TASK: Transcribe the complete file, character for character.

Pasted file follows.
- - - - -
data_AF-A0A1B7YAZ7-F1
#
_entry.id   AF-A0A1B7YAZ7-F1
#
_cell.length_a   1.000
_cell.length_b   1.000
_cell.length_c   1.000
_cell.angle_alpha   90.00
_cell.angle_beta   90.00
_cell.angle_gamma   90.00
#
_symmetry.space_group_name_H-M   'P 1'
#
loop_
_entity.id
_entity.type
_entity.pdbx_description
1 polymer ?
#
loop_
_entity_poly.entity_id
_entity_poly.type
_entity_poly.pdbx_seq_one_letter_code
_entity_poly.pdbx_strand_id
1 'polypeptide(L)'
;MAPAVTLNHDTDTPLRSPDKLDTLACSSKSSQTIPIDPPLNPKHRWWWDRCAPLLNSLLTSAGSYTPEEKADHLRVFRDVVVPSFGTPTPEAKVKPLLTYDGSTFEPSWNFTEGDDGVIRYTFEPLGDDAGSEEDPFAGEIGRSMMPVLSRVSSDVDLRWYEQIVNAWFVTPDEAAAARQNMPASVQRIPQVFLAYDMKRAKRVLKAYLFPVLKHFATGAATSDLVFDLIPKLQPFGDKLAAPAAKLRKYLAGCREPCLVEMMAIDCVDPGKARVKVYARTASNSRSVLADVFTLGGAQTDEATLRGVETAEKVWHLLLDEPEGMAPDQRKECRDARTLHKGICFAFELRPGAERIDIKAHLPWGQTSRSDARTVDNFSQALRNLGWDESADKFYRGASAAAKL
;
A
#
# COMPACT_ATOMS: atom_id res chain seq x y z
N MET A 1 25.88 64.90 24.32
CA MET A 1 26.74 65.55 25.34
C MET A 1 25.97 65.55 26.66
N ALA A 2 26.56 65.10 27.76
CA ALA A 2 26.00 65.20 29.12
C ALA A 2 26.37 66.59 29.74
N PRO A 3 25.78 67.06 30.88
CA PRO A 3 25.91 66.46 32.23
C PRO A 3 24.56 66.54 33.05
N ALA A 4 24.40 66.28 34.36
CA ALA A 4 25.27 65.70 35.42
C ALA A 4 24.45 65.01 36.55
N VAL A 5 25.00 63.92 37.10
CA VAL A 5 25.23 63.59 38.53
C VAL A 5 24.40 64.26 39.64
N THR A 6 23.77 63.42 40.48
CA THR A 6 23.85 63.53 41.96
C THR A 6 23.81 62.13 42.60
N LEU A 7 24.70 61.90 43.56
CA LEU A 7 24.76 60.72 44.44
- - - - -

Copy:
data_AF-A0A1B7YAZ7-F1
#
_entry.id   AF-A0A1B7YAZ7-F1
#
_cell.length_a   1.000
_cell.length_b   1.000
_cell.length_c   1.000
_cell.angle_alpha   90.00
_cell.angle_beta   90.00
_cell.angle_gamma   90.00
#
_symmetry.space_group_name_H-M   'P 1'
#
loop_
_entity.id
_entity.type
_entity.pdbx_description
1 polymer ?
#
loop_
_entity_poly.entity_id
_entity_poly.type
_entity_poly.pdbx_seq_one_letter_code
_entity_poly.pdbx_strand_id
1 'polypeptide(L)'
;MAPAVTLNHDTDTPLRSPDKLDTLACSSKSSQTIPIDPPLNPKHRWWWDRCAPLLNSLLTSAGSYTPEEKADHLRVFRDVVVPSFGTPTPEAKVKPLLTYDGSTFEPSWNFTEGDDGVIRYTFEPLGDDAGSEEDPFAGEIGRSMMPVLSRVSSDVDLRWYEQIVNAWFVTPDEAAAARQNMPASVQRIPQVFLAYDMKRAKRVLKAYLFPVLKHFATGAATSDLVFDLIPKLQPFGDKLAAPAAKLRKYLAGCREPCLVEMMAIDCVDPGKARVKVYARTASNSRSVLADVFTLGGAQTDEATLRGVETAEKVWHLLLDEPEGMAPDQRKECRDARTLHKGICFAFELRPGAERIDIKAHLPWGQTSRSDARTVDNFSQALRNLGWDESADKFYRGASAAAKL
;
A
#
# COMPACT_ATOMS: atom_id res chain seq x y z
N MET A 1 25.88 64.90 24.32
CA MET A 1 26.74 65.55 25.34
C MET A 1 25.97 65.55 26.66
N ALA A 2 26.56 65.10 27.76
CA ALA A 2 26.00 65.20 29.12
C ALA A 2 26.37 66.59 29.74
N PRO A 3 25.78 67.06 30.88
CA PRO A 3 25.91 66.46 32.23
C PRO A 3 24.56 66.54 33.05
N ALA A 4 24.40 66.28 34.36
CA ALA A 4 25.27 65.70 35.42
C ALA A 4 24.45 65.01 36.55
N VAL A 5 25.00 63.92 37.10
CA VAL A 5 25.23 63.59 38.53
C VAL A 5 24.40 64.26 39.64
N THR A 6 23.77 63.42 40.48
CA THR A 6 23.85 63.53 41.96
C THR A 6 23.81 62.13 42.60
N LEU A 7 24.70 61.90 43.56
CA LEU A 7 24.76 60.72 44.44